A bike positioned on a repair stand

How to Choose a Bike Repair Stand

Photo: Odua Images

Keep your bike in top condition with an at-home repair station.

If you’re tired of your bike falling over as you clean your chain, or have scratched the paint on the side of your car one too many times while adjusting your pedals, you’re a good candidate for a repair stand.

With a bike repair stand, you don’t need to worry about your bike falling over while you try to lift the rear wheel, spin the pedals, and lube the chain at the same time, and you can get access to every part of the bike. Here’s how to choose the right one.

Start By Asking Yourself These Questions

Do I have room to leave a bike stand up all the time? Do I want to bring it to trailheads and events?

Decide whether you’d prefer a permanent set up or a stand you can fold up and toss in the corner and the car. 

What kind of bikes will I be working on?

If you’ll be working on a variety of bikes, like road, mountain, and even kids’ bikes, be sure your repair stand can handle them. 

How much will I be taking my bike on and off the stand? 

There are many ways to mount a bike to stand, some are easier than others. Do you value speed or security?

How much am I willing to spend?

Know your budget so that you don’t accidentally convince yourself you need a pro-caliber stand even though you only wash your bike once a year. 

Types of Bike Stands

Tube Mounted

These stands hold your bike by clamping on to the seat post or one of the frame tubes.

Pros: They’re affordable and easy to use: Just lift your bike up, put your seat post into the clamp, and tighten it down until the bike is secure.

Cons: They can have difficulty with irregularly shaped seat posts and tubes that you might see on more aero bikes, as the clamp is often designed for round tubes.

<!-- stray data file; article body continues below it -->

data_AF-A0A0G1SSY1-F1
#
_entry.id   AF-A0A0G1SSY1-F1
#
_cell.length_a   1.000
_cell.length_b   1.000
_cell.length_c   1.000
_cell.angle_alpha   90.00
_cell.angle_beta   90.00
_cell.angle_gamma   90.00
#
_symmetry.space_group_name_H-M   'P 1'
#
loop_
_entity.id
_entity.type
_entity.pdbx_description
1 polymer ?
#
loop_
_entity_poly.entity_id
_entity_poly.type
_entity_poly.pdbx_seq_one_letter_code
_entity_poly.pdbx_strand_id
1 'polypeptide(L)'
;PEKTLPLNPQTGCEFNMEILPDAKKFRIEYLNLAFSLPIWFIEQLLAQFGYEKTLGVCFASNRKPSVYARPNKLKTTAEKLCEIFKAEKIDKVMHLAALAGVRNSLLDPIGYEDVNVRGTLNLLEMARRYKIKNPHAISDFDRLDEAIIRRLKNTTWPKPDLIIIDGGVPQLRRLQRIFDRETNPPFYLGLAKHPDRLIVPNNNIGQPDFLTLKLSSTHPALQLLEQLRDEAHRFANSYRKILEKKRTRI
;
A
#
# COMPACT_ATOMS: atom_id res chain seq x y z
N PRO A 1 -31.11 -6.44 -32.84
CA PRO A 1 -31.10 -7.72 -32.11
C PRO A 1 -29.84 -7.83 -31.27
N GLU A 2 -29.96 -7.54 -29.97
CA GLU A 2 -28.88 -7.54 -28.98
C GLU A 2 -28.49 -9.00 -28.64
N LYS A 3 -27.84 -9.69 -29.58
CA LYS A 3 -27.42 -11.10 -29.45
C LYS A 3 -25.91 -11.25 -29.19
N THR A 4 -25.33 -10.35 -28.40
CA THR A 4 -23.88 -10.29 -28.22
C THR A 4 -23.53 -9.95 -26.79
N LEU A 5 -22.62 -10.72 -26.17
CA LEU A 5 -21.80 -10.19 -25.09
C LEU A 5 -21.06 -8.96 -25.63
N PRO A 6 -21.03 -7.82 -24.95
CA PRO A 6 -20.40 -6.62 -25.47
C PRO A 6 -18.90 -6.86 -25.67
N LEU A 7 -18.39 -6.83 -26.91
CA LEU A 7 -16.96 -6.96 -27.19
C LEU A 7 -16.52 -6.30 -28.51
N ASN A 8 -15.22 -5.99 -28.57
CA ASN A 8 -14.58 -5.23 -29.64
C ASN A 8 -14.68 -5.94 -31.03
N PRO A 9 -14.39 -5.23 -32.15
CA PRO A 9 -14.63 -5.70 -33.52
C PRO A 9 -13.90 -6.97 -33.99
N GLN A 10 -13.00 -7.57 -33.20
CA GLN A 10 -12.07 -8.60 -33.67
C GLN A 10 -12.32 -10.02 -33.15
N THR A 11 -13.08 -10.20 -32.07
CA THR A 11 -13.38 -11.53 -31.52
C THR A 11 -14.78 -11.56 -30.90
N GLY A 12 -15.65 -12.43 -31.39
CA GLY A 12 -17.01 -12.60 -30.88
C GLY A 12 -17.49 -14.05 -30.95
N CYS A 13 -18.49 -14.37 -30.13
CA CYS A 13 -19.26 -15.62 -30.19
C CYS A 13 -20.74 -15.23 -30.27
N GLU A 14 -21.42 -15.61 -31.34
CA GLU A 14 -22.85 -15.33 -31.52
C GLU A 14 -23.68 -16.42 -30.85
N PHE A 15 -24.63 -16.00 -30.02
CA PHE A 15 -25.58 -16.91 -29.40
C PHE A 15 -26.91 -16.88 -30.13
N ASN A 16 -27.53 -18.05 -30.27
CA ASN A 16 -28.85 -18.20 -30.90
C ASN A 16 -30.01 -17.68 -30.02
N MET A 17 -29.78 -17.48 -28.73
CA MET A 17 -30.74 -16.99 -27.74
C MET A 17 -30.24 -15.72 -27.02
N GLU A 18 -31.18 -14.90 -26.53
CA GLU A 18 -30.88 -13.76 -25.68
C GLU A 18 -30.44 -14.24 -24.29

These stands mount your bike by attaching to the bottom bracket and front or rear fork end. Pro mechanics like them, but they might be overkill for recreational use.

Pros: These stands often allow the user to spin the bike, giving you unencumbered access to every part. They fold down smaller than tube-mounted stands, and they’re great for bikes with odd shaped tubes like aero or triathlon bikes.

Cons: Expensive, and mounting a bike requires you to take the front or rear wheel off. If your wheels attach via axle, you’ll also have to be sure that the stand can accommodate your wheels. 

A bike getting fixed on a repair stand Photo: rh2010

Portable versus Permanent


These stands fold up into compact packages that are easier to store and bring to the trailhead or group ride. Unless you are a dedicated tinkerer whose friends are always bringing bikes around, a portable rack will almost certainly work better for you.


These bike stands mount to your floor, wall, or work bench, or come with their own base platform. They offer a more secure mount that can handle heavy bikes and withstand hard torquing. But you need the space to have a large and permanent stand.


Pay attention to the details, and working on your bike will be easier and even more comfortable. 

Adjustable Mount Angle

Cheaper stands may have only a single angle to mount your bike. Better stands let you turn the mounting point and adjust the angle. This makes it easier to clean hard to reach places, service hydraulic brakes, and ensure the most solid mount.

Adjustable Height

Having adjustable height makes it easy to put whatever part of the bike you are working on at a comfortable level so you can work on it without stooping. If multiple people are going to use the stand, they can adjust it to their preferred height.

Bike Protection

A poorly padded tube clamp can damage the paint of your bike, or worse, cause damage to the frame itself. Look for a stand with plenty of protection. Misusing the clamp can also cause damage; you’ll likely have to lift the bike and clamp it at the same time, so make sure the clamp is easy to use and secure.

Tool Rack

Some stands have a shelf for your bike tools so you don’t have to run back and forth to your workbench. Many of these will also come with a magnetized tray for small pieces like screws and valves.

Weight Limit and Stability 

Stands often come with a weight rating. This won’t be an issue for road bikes, but for heavier mountain bikes and e-bikes, be sure your stand can handle the weight.

All articles are for general informational purposes.  Each individual’s needs, preferences, goals and abilities may vary.  Be sure to obtain all appropriate training, expert supervision and/or medical advice before engaging in strenuous or potentially hazardous activity.